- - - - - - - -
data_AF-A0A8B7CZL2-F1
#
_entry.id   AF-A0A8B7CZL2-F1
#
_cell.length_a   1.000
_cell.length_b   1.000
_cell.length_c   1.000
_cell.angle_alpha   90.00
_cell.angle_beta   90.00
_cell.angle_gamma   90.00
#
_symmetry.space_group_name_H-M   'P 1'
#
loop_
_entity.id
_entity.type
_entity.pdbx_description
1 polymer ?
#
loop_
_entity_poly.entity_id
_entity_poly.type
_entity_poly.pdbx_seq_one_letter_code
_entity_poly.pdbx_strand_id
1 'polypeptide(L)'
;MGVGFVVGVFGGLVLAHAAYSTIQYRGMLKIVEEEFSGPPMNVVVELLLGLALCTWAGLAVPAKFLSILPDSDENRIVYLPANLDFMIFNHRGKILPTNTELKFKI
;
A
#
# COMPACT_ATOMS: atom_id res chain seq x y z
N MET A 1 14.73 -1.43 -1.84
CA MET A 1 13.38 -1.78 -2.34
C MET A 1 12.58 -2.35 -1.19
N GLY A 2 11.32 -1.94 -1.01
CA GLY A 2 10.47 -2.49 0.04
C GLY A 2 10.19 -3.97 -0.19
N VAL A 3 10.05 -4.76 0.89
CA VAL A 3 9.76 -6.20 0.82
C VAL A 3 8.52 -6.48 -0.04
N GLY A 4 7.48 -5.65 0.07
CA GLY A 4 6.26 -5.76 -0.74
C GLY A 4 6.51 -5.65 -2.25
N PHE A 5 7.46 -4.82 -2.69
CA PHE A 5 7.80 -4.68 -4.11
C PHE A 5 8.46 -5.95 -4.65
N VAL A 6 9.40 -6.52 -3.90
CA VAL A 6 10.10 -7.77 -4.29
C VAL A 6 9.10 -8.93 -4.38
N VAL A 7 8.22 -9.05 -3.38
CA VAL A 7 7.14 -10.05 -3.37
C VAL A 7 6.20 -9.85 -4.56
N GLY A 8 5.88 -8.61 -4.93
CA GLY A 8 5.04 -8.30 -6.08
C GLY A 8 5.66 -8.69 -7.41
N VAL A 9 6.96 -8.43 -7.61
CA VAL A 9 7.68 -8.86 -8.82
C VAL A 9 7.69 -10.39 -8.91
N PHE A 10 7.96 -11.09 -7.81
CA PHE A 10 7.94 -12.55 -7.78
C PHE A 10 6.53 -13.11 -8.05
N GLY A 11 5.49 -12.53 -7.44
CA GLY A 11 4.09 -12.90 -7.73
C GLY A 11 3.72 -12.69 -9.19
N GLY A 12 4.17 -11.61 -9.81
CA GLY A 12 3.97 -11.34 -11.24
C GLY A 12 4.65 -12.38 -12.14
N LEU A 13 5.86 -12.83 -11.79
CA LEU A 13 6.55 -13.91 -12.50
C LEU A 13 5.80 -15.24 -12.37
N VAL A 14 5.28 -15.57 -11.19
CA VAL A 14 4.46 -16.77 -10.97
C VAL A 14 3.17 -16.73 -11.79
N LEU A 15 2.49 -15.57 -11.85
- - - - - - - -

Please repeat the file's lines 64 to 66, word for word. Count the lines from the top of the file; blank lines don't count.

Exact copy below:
N GLY A 12 4.17 -11.61 -9.81
CA GLY A 12 3.97 -11.34 -11.24
C GLY A 12 4.65 -12.38 -12.14